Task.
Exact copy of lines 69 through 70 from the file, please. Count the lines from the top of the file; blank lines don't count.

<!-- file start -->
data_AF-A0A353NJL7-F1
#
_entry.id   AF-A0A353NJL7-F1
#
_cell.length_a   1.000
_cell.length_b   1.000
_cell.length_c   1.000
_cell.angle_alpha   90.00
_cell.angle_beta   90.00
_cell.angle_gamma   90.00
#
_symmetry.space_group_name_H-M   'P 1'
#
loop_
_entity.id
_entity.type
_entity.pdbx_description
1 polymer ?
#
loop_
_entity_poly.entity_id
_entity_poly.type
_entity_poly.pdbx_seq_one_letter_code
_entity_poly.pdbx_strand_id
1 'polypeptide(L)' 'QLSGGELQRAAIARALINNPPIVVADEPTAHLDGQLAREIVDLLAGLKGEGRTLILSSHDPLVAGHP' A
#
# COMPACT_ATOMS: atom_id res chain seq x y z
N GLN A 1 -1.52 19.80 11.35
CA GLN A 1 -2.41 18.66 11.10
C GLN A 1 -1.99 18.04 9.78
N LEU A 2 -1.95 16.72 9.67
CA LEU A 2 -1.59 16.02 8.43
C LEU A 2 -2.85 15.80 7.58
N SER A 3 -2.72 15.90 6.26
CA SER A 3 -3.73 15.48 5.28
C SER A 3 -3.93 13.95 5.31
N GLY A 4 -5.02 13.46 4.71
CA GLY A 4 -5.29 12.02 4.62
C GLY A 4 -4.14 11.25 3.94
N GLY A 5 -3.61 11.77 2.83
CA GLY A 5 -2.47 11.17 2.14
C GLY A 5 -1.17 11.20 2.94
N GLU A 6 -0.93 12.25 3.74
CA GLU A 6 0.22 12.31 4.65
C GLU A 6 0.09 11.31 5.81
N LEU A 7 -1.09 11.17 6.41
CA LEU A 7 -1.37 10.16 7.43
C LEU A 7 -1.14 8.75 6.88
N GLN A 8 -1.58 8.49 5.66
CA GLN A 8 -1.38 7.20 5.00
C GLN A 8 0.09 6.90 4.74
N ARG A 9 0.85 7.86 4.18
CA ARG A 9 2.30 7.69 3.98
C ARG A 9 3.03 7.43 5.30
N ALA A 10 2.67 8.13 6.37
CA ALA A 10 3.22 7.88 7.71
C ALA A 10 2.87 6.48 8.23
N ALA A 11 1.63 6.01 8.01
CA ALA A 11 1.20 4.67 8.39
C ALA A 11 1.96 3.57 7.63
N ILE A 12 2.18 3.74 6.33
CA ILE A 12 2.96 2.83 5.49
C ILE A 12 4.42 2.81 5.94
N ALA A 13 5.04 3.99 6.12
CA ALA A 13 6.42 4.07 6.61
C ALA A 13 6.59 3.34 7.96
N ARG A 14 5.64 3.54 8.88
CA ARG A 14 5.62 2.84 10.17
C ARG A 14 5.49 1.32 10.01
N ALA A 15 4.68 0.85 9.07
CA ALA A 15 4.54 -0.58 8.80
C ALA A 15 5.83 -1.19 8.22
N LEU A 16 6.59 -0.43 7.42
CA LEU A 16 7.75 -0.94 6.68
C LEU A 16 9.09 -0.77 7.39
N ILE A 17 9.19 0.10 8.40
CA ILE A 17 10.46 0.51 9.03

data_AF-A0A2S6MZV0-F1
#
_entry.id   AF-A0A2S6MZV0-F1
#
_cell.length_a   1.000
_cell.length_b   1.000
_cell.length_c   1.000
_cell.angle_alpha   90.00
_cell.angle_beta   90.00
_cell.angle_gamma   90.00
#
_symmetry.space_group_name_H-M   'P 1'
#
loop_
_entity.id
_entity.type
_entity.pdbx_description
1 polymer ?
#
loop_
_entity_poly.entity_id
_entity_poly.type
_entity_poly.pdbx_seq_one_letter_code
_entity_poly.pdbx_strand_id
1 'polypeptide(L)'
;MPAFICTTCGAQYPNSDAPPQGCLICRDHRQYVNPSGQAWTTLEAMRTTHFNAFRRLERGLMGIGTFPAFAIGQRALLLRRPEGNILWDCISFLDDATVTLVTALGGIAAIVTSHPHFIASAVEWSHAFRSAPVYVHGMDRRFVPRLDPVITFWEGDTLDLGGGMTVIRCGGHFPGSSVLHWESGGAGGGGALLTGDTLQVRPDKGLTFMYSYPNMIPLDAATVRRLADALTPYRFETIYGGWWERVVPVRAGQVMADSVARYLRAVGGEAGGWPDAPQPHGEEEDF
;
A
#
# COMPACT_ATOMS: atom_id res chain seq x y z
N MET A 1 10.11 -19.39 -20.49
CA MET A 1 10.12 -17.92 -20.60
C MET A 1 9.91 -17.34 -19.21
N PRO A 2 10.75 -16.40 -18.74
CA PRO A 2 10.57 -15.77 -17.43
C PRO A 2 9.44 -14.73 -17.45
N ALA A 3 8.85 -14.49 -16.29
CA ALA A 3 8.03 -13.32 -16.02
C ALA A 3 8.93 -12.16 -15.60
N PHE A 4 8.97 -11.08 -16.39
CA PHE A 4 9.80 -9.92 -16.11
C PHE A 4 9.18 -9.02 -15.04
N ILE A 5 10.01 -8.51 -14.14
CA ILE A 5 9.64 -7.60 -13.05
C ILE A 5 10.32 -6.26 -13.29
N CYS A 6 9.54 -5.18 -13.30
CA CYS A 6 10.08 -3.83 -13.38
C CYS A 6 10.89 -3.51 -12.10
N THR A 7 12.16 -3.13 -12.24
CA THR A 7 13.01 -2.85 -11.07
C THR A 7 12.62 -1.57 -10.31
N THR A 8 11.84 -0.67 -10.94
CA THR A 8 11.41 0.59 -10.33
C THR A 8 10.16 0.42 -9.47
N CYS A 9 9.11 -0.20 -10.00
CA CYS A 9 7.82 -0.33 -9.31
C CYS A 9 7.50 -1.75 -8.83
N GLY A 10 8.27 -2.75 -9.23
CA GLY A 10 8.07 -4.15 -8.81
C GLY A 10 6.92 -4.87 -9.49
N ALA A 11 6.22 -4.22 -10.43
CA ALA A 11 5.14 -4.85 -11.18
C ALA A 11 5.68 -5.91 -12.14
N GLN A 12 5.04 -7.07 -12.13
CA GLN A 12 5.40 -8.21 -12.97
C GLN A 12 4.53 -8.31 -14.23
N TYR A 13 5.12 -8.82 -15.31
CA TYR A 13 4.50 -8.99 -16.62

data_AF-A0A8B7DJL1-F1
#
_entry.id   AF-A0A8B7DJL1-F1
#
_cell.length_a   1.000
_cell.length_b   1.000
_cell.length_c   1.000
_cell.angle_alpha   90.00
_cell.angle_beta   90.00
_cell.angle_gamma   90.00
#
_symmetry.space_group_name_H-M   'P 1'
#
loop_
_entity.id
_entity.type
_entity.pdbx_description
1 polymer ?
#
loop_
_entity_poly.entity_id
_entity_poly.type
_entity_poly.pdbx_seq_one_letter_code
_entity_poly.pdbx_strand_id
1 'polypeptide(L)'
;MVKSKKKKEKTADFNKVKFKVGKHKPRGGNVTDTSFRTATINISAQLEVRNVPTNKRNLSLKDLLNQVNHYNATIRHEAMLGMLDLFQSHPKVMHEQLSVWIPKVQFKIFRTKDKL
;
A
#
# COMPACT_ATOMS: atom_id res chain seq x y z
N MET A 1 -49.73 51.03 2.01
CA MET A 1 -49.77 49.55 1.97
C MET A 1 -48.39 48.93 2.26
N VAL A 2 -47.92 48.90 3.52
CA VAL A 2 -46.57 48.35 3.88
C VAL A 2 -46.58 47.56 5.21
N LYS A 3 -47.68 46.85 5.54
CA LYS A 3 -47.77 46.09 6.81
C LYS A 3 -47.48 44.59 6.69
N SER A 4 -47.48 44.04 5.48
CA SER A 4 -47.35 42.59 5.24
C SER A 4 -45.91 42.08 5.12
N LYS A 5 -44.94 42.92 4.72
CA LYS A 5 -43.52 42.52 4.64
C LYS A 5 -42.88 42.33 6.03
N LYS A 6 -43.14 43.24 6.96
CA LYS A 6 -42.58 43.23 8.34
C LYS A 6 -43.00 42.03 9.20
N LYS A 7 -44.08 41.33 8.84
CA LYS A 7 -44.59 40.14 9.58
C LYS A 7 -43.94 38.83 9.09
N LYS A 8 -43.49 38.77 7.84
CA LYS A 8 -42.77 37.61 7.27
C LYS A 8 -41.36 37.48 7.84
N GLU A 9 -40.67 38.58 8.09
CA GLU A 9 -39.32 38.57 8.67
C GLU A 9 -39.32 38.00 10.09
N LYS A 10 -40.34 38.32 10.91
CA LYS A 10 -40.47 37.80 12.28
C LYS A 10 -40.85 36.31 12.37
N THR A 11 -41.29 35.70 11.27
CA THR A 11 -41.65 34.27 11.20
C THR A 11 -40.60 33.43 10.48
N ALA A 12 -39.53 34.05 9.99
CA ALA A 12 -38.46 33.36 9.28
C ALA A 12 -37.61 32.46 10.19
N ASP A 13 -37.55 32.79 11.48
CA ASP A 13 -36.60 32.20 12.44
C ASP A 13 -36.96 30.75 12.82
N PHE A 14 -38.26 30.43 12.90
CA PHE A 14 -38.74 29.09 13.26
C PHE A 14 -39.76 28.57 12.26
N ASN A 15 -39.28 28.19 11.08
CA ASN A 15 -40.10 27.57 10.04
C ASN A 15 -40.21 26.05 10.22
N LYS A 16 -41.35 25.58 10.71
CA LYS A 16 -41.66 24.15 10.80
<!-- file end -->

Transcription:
C ARG A 14 5.49 1.32 10.01
N ALA A 15 4.68 0.85 9.07